I beg to move,
That this House
has considered the matter of steroid and image and performance enhancing drug use.
It is a pleasure to serve under your chairmanship, Ms Fovargue.
We need to talk about steroids in the UK. I am talking about not just any steroids but anabolic steroids and image and performance-enhancing drugs—or IPEDs. There are an estimated 500,000 to 1 million users in the UK, but no one is talking about it. The closest we get is the “natty or not?” discussions on social media about naturally built men and women versus people who are enhanced. There is particular discussion about Hollywood actors.
[David Mundell in the Chair]
I will not cast any aspersions about who does or does not use steroids and performance-enhancing drugs, but it is fair to say that the debate is becoming bigger and louder, not only in this country but in America and throughout the western world. The Priory Group did some research about 10 years ago and estimated that around 50,000 people were using steroids; its estimate now is that 500,000 people are using them. It says that
“we are sleepwalking into a health crisis”.
I know from my time as a GP that when it comes to—[Interruption.]
It is a pleasure to serve under your chairmanship, Mr Mundell.
Until we were rudely interrupted by that vote, I was saying that we need to talk about steroids in the UK because, as the Priory Group has said:
“we are sleepwalking into a…crisis.”
As a GP, I know that the obesity epidemic has been a real problem, but part of the nation is actually getting fitter while part of it is getting fatter. I will concentrate on the part that is getting fitter, because of those who go the gym—mainly men—we know that one in 10 suffer from bigorexia. What am I talking about? Bigorexia is body dysmorphia—the idea that someone’s muscles are not big enough, no matter how much they eat or train. It is important to understand that this is a growing epidemic in our country; even more importantly, it is quite prolific in the gay community. I will break the issue down into three sections. I will talk a little bit about how I came to this topic, the drivers behind it, and, most importantly, what needs to be done.
Growing up, I was a fairly normal kid. At the age of 14 or 15, I was playing sport and was reasonably academic, but I was an outlier, because for my 15th birthday I had saved up £500 to buy a multigym. In my head, I wanted to improve my rugby, get girls, fight off bullies and improve my body image. Surprisingly, I was the under-16s first-team captain, but the other three aims fell to one side. Looking back, I think, “How many other young men feel like this?” That was 25 years ago. I think the points I mentioned are the driving forces behind why men want to go to the gym and improve their body image. Society says to them, “We need to be perfect”, but what is that perfect image?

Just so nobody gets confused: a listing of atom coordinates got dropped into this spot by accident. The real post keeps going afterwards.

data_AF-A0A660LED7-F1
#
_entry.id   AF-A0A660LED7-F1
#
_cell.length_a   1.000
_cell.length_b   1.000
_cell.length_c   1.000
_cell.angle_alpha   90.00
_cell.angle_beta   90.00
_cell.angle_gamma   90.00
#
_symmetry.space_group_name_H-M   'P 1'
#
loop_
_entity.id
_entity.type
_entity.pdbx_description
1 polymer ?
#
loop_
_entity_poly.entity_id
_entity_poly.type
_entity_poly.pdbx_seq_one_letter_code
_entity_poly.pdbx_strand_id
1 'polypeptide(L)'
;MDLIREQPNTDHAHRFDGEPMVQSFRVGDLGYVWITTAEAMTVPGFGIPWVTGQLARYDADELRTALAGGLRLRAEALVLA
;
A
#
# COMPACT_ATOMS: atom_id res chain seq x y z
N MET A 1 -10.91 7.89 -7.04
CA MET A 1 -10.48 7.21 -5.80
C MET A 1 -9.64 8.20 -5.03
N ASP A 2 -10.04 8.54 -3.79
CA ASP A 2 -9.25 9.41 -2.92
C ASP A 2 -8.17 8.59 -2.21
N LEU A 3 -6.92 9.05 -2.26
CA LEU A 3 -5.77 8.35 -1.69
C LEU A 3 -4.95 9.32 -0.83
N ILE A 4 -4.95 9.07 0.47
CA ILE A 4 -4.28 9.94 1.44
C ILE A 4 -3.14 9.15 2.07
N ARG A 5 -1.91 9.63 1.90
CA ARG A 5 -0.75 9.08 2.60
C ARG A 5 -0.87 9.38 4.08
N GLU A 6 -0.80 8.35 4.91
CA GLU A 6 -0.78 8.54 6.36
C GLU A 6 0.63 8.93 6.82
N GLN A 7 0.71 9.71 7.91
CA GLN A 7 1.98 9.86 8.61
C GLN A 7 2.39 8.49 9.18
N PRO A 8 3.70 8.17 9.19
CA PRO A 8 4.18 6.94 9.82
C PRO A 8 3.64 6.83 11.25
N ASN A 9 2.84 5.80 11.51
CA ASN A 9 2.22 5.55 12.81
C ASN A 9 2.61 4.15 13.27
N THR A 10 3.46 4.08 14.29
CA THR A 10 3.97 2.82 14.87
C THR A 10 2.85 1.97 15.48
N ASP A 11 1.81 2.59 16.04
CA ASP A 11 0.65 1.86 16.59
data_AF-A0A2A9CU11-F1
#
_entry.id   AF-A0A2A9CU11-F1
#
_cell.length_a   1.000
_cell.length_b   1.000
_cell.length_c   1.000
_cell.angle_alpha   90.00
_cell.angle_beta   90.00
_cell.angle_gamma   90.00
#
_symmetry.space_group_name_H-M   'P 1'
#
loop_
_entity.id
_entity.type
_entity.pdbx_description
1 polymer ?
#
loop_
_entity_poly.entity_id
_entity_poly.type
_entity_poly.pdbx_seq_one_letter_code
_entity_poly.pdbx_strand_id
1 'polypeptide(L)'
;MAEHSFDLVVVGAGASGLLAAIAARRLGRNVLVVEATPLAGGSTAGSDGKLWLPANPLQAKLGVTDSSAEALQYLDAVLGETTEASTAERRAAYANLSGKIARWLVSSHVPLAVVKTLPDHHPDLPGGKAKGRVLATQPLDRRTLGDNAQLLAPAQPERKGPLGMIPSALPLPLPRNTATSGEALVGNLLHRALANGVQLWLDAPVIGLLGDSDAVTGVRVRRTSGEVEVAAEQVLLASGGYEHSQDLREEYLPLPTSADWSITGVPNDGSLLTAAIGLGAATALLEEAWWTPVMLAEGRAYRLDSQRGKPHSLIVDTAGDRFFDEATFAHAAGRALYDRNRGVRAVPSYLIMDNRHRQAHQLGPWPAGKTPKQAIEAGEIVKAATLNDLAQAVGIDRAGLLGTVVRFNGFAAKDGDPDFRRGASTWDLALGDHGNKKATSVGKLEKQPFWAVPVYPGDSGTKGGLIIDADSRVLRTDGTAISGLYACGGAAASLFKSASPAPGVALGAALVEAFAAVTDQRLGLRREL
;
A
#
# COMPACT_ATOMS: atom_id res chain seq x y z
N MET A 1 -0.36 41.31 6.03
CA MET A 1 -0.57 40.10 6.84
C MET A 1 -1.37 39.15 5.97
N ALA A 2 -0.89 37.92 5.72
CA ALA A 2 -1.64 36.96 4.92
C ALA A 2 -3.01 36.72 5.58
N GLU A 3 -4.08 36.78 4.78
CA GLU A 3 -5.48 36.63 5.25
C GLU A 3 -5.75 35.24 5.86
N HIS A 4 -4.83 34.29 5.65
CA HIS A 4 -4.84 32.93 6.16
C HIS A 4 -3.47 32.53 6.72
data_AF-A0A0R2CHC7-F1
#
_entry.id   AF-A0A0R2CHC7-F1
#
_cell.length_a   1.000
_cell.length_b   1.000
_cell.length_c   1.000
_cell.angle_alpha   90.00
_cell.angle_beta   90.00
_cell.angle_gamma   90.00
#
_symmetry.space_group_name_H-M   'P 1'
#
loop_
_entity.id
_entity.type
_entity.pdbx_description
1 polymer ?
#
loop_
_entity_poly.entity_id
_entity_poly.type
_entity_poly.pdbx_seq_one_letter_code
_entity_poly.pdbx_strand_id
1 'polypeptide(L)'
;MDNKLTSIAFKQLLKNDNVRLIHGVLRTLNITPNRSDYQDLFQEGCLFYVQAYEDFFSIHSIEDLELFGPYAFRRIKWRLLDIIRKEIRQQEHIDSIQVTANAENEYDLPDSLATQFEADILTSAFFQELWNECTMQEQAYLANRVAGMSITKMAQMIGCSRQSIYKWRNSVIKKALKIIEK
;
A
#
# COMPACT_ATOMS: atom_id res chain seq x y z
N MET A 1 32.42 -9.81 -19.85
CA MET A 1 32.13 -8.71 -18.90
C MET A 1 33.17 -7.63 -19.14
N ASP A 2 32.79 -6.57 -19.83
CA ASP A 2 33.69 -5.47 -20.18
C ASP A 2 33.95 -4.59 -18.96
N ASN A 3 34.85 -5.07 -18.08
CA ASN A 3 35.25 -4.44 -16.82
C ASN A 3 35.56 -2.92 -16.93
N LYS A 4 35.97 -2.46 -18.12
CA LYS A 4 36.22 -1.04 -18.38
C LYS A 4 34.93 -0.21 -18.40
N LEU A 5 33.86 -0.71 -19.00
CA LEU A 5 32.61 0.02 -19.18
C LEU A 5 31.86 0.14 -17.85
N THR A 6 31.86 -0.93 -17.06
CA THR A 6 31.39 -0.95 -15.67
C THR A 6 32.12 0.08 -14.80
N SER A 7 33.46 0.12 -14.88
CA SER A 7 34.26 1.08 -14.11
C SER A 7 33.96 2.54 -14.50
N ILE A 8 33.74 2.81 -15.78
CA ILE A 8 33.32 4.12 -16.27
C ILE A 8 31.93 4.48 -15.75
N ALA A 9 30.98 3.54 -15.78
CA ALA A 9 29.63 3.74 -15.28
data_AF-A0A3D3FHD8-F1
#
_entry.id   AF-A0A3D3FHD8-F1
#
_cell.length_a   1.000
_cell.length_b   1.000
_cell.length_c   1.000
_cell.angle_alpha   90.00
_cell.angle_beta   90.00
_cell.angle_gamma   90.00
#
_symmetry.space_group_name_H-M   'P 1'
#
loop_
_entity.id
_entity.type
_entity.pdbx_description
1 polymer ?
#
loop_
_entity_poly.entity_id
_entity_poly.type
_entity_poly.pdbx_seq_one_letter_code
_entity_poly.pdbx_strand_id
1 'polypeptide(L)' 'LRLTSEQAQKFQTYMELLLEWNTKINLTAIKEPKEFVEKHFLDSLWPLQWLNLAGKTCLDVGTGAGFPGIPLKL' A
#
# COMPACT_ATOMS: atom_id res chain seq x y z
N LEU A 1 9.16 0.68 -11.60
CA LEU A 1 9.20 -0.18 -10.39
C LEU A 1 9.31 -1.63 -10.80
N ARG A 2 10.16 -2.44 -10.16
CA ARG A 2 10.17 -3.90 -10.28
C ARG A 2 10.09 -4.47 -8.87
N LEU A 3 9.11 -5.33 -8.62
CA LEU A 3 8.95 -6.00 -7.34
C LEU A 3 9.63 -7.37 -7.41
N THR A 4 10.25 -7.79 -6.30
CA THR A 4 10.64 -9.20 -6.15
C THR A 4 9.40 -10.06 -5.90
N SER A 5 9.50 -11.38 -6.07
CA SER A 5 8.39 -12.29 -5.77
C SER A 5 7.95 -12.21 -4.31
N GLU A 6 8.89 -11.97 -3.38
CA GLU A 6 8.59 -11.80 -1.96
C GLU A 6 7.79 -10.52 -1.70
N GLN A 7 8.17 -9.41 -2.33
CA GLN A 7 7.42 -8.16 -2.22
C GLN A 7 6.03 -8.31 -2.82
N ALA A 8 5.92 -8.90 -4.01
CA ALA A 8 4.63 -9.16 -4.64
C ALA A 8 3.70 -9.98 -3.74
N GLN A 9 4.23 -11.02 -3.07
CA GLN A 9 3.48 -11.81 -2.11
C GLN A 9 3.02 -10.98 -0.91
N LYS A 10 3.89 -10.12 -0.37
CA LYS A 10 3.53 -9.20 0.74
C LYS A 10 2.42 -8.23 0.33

Social media and reality TV have played a huge part in promoting unrealistic body ideals, which we often do not think about when it comes to men’s self-esteem. Does the hon. Member agree that there should be some greater controls around edited, unrealistic imagery?
The hon. Member is spot on. The advent of social media over the last 20 years has really brought home that idea of body image. With the likes of Instagram, if a man is interested in using a gym, they are sent hundreds of images in 30, 40 or 50 seconds. Each individual image in itself is not the issue, but the cumulative effect of repeatedly being sent such images is a problem.
I would argue that the way to solve the problem is through the social media companies’ algorithms, to ensure that there is transparency about what people are being sent. Facebook talked about diet pills aimed at young girls being a real problem. If we do not deal with male body image and body dysmorphia, this will be the next iteration of that problem.
As a doctor, over the last 10 to 15 years I have started to see more and more young men coming into my clinics and asking to be prescribed protein powders or creatine, and asking, “How do I bulk up?” I also started to see more and more men in their 20s, 30s and 40s who were using steroids and having side effects, including bad acne, scarring acne, mood problems and depression. I have even seen some men who have had strokes, heart attacks, liver problems, kidney problems and erectile dysfunction, none of which are really talked about when it comes to steroids.
The problem with steroids is that they work, so people use them and see a drastic improvement. People who want to build muscle will see that improvement, take the cycle of whatever substance it happens to be and then plateau, which is very hard for them to deal with because they no longer see the gains they were initially getting under their regime. They say, “Oh, I’ll only use it once”, but once becomes twice, twice becomes thrice, and so on.
My hon. Friend listed symptoms, but I do not think that he mentioned swelling of the brain. Matt Dear, a 17-year-old from Essex, tried to build himself up by taking bodybuilding pills, because he was committed to a career serving in the armed forces. He took pills that he had bought for £30, his brain swelled up and, tragically, he died. The memory of Matt has helped to educate children in the community. Is my hon. Friend concerned that even taking these things once can be terminal?